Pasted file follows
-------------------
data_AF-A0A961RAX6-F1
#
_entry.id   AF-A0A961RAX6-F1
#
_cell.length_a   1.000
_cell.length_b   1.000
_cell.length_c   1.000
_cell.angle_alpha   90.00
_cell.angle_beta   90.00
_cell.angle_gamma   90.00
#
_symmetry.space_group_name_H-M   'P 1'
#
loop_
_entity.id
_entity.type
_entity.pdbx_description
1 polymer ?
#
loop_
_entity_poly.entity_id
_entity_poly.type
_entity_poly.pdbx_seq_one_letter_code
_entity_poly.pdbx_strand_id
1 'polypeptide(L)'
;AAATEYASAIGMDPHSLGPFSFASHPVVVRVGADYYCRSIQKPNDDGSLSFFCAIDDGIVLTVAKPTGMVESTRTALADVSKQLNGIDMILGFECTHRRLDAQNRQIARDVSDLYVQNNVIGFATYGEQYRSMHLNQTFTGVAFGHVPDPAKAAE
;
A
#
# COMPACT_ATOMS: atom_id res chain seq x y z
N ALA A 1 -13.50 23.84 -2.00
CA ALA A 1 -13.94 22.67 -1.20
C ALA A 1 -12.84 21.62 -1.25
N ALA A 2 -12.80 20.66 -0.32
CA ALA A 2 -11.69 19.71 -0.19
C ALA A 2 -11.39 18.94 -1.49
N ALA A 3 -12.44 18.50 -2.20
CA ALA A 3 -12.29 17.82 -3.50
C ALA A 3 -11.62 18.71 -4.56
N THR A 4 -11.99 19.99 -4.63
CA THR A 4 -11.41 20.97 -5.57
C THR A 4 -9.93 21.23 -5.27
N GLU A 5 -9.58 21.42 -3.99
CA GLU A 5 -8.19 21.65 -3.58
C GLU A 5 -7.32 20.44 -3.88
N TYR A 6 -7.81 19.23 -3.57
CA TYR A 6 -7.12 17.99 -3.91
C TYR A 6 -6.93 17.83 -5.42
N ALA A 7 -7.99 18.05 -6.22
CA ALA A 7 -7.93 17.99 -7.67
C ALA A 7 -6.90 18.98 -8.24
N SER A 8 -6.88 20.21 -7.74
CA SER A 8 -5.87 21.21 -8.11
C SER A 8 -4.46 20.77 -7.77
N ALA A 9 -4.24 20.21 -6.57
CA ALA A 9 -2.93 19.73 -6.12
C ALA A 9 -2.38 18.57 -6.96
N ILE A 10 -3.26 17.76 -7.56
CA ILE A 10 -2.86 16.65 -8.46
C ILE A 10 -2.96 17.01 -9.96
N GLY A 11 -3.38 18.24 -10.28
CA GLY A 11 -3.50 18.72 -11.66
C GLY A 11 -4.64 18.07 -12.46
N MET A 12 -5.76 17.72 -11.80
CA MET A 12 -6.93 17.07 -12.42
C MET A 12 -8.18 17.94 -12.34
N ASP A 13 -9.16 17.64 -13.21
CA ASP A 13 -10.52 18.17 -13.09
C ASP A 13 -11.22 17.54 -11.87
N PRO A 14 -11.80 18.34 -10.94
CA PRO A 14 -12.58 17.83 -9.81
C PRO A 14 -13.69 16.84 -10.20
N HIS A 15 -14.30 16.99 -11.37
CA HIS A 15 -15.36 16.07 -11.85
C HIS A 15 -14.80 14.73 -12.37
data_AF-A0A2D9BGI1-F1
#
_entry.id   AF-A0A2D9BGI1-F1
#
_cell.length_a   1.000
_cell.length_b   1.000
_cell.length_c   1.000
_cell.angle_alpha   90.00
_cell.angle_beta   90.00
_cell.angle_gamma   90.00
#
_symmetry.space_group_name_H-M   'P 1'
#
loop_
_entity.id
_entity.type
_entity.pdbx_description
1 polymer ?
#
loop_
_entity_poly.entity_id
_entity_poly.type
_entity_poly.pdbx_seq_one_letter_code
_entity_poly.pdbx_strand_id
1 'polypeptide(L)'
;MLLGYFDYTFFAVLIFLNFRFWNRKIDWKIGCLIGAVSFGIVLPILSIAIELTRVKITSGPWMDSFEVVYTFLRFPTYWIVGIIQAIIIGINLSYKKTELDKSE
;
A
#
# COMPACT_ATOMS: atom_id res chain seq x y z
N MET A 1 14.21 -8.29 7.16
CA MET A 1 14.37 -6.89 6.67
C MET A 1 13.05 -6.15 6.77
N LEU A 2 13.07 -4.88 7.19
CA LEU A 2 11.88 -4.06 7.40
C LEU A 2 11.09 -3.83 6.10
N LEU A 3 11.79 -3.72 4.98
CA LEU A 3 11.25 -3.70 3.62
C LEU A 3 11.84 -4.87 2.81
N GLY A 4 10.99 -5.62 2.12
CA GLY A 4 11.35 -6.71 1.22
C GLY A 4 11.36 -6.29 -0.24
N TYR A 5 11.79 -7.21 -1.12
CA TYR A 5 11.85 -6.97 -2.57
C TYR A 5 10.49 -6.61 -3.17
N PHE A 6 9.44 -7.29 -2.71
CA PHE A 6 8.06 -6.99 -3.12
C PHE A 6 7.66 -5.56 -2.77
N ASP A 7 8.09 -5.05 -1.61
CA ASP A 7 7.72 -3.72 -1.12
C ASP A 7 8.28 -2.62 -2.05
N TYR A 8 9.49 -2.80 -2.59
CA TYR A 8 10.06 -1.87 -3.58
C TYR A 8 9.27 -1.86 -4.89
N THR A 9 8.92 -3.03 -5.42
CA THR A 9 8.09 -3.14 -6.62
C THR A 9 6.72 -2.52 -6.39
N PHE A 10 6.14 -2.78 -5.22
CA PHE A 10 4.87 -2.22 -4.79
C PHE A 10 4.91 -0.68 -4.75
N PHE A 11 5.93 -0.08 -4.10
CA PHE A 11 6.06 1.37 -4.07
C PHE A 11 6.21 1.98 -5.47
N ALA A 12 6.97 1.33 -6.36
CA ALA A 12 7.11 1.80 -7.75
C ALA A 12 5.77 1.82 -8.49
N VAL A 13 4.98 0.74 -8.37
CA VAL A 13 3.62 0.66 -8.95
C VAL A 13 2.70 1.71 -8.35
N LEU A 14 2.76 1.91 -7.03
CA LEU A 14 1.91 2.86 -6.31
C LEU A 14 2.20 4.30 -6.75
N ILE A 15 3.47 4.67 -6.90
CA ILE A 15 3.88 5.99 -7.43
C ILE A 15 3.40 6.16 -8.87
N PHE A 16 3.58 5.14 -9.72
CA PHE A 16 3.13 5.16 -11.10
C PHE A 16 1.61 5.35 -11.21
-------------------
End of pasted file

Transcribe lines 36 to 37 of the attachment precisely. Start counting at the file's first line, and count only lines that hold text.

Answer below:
C ALA A 2 -11.39 18.94 -1.49
N ALA A 3 -12.44 18.50 -2.20